The Town of Islip is facing a potential leadership void as it struggles with an $11.3 million deficit and a multimillion-dollar cleanup of tons of toxic waste in a town-owned park.
Town Supervisor Tom Croci, who was elected to the State Senate in November, departs on New Year's Eve. The town board has yet to name a replacement for Croci, a Republican, who left office in 2013 for almost a year to serve with the Navy in Afghanistan. During Croci's absence, Eric Hofmeister, a Republican and the town's commissioner of environmental control, served as the deputy town supervisor, but he had no vote on the board.
"We've been kicked in the gut a lot lately," Islip Town Councilman John C. Cochrane Jr. said. "The political fight is up next: Who's the best, who's the most popular, who's the best leader, who can get stuff done."
The GOP holds four seats on the five-member board, and there is no legal requirement to replace Croci with an interim appointment. If the board does not choose a successor to Croci, the top office would not be filled until next November's town elections -- a move that could give the Republicans more time to pick a strong candidate to run against a Democrat for a four-year term.
Frank Tantone, Islip's GOP leader, has acknowledged that Cochrane, along with council members Trish Bergin Weichbrodt and Steve Flotteron, Suffolk County Treasurer Angie Carpenter and Suffolk County Legis. Tom Cilmi (R-Bay Shore), are possible interim supervisor picks.
He also has raised the possibility of the board not picking an interim supervisor who would serve until the November election. Foregoing an interim supervisor would give the party its best shot at claiming victory in November, he said.
Hofmeister would then resume his duties as the town's nonvoting chief executive.
Michael LoGrande -- a former Islip Town supervisor, Suffolk County executive and chairman of the Suffolk County Water Authority -- said it will take a major effort by a strong leader to address the issues now facing the town.
"It really needs a firm hand right now," LoGrande, a Republican, said of the town. "If someone would rise up that is good and honorable, and could serve the people right, that's what they should do."
LoGrande said an interim supervisor should not be a political pick from within the Republican Party, but should be someone from the private sector who could act more like a professional manager.
Politics a problem
"The politics in this case is putting the town in the problems it has now," LoGrande said. "They really need to head in a new direction. I think the whole political system should stand down and just take a backseat and allow the town and the professionals to unravel the mess."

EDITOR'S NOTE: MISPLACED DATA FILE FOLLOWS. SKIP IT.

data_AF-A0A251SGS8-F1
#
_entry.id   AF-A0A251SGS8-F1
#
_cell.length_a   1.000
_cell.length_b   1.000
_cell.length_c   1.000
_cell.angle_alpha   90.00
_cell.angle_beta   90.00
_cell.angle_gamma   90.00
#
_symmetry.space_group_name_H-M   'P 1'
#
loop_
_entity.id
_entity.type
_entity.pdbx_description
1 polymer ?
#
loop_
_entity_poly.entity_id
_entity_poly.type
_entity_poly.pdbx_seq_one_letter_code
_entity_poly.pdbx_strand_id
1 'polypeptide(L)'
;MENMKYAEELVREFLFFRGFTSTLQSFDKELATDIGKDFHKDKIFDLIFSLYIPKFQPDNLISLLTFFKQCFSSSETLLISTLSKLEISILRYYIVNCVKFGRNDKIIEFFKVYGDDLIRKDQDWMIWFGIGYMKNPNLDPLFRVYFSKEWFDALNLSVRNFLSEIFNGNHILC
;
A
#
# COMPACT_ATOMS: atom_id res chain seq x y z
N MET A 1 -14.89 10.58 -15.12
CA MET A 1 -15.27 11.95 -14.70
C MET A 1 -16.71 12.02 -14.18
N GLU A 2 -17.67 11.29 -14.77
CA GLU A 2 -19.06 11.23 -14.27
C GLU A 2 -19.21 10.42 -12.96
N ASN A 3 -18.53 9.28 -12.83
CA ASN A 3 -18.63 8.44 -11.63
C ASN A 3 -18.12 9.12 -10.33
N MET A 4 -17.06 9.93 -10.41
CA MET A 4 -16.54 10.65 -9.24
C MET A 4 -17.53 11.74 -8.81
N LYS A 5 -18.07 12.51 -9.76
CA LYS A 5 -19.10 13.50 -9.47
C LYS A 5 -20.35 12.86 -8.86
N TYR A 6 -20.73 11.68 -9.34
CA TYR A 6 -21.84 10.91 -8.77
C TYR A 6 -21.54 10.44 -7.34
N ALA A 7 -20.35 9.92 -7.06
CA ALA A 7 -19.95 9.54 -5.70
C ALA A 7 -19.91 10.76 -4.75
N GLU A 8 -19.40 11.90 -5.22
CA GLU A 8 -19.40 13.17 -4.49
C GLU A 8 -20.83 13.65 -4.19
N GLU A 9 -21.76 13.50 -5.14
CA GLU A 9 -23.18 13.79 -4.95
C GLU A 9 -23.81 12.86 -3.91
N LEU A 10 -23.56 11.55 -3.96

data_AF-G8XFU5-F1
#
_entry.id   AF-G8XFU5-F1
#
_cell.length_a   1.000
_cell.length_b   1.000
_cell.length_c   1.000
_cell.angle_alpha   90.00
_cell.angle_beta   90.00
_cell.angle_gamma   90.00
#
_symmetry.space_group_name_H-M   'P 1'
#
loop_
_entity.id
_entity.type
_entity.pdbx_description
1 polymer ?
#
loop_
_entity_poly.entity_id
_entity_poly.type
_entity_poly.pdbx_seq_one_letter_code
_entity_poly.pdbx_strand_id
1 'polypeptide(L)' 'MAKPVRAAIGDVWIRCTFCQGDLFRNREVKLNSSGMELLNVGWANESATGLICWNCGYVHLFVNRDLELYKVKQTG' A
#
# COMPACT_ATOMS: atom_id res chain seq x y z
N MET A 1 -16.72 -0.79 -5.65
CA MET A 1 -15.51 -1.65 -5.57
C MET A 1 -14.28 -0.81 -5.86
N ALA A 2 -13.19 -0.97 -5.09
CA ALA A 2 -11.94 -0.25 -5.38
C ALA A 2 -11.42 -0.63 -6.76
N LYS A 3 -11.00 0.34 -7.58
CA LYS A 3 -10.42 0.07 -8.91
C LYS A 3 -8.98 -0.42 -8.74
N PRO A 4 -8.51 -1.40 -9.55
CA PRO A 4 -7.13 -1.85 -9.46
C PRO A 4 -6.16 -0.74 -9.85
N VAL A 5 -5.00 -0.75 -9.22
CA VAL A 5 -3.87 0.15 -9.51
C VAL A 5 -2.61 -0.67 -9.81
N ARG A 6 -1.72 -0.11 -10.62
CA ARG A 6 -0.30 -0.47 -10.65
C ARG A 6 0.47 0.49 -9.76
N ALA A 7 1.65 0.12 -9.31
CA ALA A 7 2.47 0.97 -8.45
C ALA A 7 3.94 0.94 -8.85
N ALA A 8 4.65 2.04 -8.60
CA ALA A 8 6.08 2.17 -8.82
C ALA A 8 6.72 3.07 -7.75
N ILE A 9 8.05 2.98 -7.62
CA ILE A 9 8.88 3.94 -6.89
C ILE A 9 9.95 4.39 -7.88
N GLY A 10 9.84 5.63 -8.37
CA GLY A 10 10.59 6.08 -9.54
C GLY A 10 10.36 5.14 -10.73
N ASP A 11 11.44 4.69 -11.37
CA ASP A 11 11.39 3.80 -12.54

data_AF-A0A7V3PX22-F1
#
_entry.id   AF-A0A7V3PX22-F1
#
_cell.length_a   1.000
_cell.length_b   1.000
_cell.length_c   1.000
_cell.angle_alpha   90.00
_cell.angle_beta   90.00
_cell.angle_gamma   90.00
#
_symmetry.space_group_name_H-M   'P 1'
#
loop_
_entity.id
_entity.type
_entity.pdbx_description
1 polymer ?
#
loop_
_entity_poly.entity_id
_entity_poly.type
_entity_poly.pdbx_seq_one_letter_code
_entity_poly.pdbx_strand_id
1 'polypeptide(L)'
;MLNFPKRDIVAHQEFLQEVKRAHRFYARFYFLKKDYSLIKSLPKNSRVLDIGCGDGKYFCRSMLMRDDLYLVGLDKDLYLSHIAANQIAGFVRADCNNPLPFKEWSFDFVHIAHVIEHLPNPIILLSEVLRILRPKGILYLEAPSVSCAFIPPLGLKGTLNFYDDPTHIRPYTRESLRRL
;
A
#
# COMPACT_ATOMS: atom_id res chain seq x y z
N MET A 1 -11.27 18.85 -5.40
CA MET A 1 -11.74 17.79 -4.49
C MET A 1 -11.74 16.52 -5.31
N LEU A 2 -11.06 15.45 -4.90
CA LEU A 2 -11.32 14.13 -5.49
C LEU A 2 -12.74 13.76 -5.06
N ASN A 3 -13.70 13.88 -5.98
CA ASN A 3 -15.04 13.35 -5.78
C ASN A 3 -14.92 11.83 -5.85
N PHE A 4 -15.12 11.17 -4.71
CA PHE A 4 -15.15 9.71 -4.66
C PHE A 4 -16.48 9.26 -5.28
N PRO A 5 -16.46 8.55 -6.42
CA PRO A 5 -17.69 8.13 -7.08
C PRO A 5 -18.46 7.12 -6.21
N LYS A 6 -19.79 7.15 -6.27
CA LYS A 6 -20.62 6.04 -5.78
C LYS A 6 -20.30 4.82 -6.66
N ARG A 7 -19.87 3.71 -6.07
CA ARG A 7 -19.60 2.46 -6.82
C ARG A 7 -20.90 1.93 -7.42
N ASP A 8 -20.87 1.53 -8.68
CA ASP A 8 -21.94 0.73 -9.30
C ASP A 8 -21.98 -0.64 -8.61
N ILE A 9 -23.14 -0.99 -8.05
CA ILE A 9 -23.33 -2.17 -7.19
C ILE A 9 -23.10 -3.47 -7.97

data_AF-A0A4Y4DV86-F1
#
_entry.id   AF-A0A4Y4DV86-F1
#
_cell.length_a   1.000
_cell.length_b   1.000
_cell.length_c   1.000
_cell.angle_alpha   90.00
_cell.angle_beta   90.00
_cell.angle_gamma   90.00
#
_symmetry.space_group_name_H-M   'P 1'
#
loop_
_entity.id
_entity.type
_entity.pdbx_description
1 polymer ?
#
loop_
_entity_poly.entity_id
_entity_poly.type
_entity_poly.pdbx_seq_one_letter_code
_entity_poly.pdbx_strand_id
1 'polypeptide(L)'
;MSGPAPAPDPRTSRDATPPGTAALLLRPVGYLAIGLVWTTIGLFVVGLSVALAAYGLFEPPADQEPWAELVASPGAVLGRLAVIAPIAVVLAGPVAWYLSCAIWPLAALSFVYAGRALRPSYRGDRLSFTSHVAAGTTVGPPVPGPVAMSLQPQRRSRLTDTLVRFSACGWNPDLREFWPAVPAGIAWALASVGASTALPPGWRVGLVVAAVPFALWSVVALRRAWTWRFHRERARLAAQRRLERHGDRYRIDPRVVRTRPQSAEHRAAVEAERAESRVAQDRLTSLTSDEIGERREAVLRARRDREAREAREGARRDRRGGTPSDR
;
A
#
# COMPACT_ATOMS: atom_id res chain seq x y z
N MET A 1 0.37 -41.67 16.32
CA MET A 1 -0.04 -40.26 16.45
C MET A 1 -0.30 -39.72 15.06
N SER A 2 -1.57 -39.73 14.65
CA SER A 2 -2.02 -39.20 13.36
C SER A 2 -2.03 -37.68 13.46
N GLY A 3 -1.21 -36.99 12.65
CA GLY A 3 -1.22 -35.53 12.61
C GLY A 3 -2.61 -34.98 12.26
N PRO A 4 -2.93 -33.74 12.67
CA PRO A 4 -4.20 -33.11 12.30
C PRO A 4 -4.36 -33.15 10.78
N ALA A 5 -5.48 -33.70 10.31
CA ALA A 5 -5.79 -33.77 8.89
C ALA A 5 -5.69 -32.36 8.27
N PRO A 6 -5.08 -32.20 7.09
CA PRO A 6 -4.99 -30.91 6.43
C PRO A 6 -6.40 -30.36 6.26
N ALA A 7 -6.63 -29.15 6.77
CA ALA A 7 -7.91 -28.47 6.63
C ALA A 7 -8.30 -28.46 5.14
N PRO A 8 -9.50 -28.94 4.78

Howard DeMartini, a former town deputy supervisor in Islip and former Suffolk County GOP chairman, said he understands the political attraction of keeping the supervisor spot open until the November election, but he foresees troublesome issues.
"That's probably a good political strategy, but there are so many problems now that it may not be a good governmental strategy," Demartini said. "There will be clearly a leadership void.
"Look what happened the last time Croci left," he said, referring to the dumping scandal that unfolded in his absence. "This would be like Croci going to Afghanistan again, except he's going to Albany."
LoGrande, however, dismissed the idea that the town could go without putting a supervisor in Croci's place, and emphasized the need for a strong pick.
"They shouldn't, during this time of chaos, go leaderless," he said. "They should have someone in charge. The financial part is going to be difficult. It's going to take some time and some austerity to handle that. The other difficulties can be overcome with dynamic leadership."
Fiscally, the town is facing a multimillion-dollar cleanup of the park -- estimates begin at $6 million -- even as it continues to grapple with lowering an $11.3 million deficit. In addition, revenue at the town-owned airport, Long Island MacArthur, has been falling and the town has promoted new features at the Ronkonkoma facility in the hopes of attracting new customers.
And taxes have been raised almost 34 percent since Croci became supervisor in January 2012, with the latest hike for next year at 5.8 percent.
Last week, former town parks commissioner Joseph J. Montuori Jr. and his former secretary, Brett A. Robinson, were charged with 12 counts each of various criminal charges for their alleged roles in allowing contaminated debris to be dumped in Brentwood's Roberto Clemente Park and lying to state and town officials to cover it up.
On Nov. 6, the town's Conservative Party leader, Michael Torres, pleaded not guilty to a felony when he was accused of concealing his arrest record on a town application for his $8,000-a-year post on Islip's assessment review board. He remains on the board.
Cochrane described Islip's situation as "traumatic" but said he is hopeful that the about 30 added employees -- in revenue-producing code enforcement and public safety -- in next year's budget will raise revenue, and the tax increase will send a message to the bond-rating agencies that they are taking their financial woes seriously.
For his part, Croci, in an interview, sounded an optimistic note: "The town's future will be fine. . . . There are always problems in government. . . . There's always going to be challenges. I think with good leadership and with an ability to be a problem solver, those solutions are possible."
Bergin Weichbrodt and Councilman Anthony Senft did not respond to calls for comment on this story.